With the plan launched, now we need to make it a reality, with joined-up efforts to reduce and prevent food poverty for thousands of people all across Greater Manchester. More than 50 pledges have already been made by people and organisations across Greater Manchester. Can you pledge to take action on food poverty by starting to implement one or more of the actions in the Plan? Please email food@gmpovertyaction.org

 

i3oz9sLaunch of the Food Poverty Action Plan
read more

Underlying Causes of Food Poverty

No comments

Addressing the underlying causes of food poverty
By Dr Mags Adams

Dr Mags Adams is Senior Research Co-ordinator at UCLAN’s Institute of Citizenship, Society and Change. She chaired one of the sub-groups of the Greater Manchester Food Poverty Alliance, which recommended actions for the Food Poverty Action Plan to address the underlying causes of food poverty. You can read the recommended actions, all of which were included in the Action Plan, and discuss them, here.

Food insecurity in the UK is on the rise as evidenced by the increased use of food banks across the country1 and the increasing number of deaths from malnutrition  (up by more than 30% between 2007 and 20162). At a time when Greater Manchester is performing well economically in terms of job creation and private sector business growth, low pay and low skills mean many people are not benefiting from the region’s success ; median full-time wages are £50 per week lower in Greater Manchester (£494) than they are nationally (£545), and 23% of workers are paid below the voluntary Living Wage3. Universal credit was piloted in Tameside in Greater Manchester before being rolled out to Oldham and further afield. It replaced six means tested benefits with one single payment. It has been highly criticised due to effects on housing rights, evictions and homelessness4. In October 2017 it was reported that 80% of claimants in some housing associations had fallen behind with rent because of delays in receiving their payments5. This new benefit has an inbuilt six-week delay in receiving payments, allegedly to mirror being paid monthly in the workplace (However, it should be noted than many of those earning under £10,000 per annum are actually paid weekly6). In reality delays of ten and twelve weeks are not uncommon before payments are received7.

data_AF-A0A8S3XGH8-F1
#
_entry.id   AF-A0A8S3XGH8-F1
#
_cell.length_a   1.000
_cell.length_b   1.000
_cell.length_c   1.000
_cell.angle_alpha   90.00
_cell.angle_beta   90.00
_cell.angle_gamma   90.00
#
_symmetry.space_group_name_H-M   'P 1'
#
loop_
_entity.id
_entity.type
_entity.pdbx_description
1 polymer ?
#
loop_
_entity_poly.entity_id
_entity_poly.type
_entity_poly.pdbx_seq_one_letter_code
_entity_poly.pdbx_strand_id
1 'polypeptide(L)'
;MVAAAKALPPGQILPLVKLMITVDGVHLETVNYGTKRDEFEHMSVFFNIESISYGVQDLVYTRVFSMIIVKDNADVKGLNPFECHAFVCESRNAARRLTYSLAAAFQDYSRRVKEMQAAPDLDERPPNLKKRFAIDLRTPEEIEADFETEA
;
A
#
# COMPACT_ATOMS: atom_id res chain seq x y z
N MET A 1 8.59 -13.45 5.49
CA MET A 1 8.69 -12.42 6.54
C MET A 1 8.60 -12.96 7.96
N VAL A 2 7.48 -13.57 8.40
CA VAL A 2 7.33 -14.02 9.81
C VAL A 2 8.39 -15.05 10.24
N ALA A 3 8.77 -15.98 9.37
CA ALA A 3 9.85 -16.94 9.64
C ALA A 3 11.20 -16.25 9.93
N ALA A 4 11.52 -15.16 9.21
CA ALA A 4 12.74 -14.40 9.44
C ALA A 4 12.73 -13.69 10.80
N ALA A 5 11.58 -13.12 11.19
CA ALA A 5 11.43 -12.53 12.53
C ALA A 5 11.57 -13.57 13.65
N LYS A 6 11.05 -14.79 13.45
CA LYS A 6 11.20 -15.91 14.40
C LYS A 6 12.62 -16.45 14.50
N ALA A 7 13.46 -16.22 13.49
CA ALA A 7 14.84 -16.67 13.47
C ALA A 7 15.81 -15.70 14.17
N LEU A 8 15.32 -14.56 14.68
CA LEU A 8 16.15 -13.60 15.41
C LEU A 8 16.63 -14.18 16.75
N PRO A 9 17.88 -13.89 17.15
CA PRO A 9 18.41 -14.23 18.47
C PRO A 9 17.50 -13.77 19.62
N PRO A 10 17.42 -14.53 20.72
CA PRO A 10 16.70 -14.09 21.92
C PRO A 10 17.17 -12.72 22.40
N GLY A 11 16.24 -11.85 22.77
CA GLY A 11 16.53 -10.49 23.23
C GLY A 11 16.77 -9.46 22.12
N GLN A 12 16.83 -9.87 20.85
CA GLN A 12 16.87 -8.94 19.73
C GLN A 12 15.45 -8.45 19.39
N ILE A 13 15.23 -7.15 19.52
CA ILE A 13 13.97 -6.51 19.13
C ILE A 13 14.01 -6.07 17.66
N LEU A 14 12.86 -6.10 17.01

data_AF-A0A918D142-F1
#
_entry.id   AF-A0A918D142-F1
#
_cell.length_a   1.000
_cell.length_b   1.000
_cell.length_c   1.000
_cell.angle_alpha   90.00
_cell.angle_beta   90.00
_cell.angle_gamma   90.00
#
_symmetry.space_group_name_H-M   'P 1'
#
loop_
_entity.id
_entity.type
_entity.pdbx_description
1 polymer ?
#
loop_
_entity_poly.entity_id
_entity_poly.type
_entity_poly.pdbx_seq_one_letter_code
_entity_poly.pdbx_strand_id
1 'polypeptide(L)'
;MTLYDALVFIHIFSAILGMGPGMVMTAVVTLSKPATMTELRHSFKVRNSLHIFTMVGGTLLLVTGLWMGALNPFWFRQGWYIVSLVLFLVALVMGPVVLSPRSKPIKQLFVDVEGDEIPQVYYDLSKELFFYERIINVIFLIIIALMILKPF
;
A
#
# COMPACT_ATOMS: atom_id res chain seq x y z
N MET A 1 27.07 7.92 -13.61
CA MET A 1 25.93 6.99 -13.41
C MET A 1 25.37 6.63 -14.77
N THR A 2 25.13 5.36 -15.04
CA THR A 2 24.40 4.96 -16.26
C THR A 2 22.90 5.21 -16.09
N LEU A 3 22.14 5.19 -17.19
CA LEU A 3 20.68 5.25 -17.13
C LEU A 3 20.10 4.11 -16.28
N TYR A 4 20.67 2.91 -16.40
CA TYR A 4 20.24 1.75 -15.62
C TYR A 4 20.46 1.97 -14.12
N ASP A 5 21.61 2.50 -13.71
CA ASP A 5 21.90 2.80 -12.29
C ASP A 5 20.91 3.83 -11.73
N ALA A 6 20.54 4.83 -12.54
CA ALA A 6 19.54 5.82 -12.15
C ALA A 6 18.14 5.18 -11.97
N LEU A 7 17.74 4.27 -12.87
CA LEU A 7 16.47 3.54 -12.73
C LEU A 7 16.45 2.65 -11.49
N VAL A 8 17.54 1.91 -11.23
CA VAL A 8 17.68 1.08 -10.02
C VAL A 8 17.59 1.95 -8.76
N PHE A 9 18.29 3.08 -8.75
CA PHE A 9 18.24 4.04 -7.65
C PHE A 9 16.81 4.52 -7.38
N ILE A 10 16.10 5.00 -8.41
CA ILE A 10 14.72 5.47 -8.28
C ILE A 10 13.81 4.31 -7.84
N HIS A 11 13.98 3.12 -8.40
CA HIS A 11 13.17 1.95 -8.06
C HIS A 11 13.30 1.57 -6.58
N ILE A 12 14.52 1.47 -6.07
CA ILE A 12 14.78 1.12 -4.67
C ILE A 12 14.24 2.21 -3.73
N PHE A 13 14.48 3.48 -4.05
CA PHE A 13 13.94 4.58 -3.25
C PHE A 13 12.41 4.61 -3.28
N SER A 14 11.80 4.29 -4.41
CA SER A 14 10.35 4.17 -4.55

Many additional factors are also at play in determining why people experience food poverty. For example, food prices fluctuate, the UK is a net importer of food8 and the fall in the pound since the EU referendum has pushed the cost of living upwards9. Furthermore, housing prices are disproportionately higher than in other European countries.

Child poverty in Manchester is one of the highest rates by local authority area; 35.5% of children under 16 live in poverty with 69.4% of them living in workless households10. Many people living in poverty are in part-time and low paid work.

Dr Mags Adams article for GM Poverty Action

Dr Mags Adams

By addressing the underlying causes of food poverty, we can ensure that everyone in Greater Manchester is food secure and has ‘adequate access at all times to sufficient, safe, nutritious food to maintain a healthy and active life’11. Many of the problems associated with food poverty, including hunger and malnutrition, are problems caused by poverty. Addressing this will mean that households have a real living wage for a decent quality of life, that homelessness becomes a thing of the past, that children can focus on their education rather than their hunger, and that everyone has an affordable place to live.

Mags is seeking people to apply for a fully-funded PhD on the topic of “Local food systems and local economic democracy: a framework for delivering food security?” Full details here